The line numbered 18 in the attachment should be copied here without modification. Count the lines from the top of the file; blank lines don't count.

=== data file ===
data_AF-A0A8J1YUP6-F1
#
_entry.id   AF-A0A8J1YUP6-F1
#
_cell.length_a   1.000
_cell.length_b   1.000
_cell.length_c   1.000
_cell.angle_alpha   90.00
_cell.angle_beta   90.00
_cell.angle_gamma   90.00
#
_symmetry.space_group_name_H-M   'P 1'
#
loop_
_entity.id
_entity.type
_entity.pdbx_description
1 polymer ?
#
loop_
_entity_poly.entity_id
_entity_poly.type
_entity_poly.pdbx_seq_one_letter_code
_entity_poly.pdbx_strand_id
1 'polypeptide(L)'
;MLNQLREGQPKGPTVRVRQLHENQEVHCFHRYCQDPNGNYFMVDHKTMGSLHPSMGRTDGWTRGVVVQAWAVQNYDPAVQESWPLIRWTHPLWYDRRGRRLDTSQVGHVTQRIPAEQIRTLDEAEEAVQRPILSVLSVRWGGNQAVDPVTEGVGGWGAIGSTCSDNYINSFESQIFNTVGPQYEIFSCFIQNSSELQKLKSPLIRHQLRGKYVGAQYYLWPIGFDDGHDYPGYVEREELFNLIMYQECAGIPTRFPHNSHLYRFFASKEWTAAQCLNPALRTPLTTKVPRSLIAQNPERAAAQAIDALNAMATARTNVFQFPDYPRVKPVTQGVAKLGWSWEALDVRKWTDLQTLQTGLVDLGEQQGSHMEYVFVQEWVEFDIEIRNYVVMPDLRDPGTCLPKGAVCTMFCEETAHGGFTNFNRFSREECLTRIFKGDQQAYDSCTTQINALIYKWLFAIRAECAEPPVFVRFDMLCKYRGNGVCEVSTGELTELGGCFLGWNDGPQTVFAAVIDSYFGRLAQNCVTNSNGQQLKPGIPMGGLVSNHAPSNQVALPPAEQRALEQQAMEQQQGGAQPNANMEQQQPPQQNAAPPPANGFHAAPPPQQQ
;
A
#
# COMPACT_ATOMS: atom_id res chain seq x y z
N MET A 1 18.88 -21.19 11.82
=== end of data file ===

1 polymer ?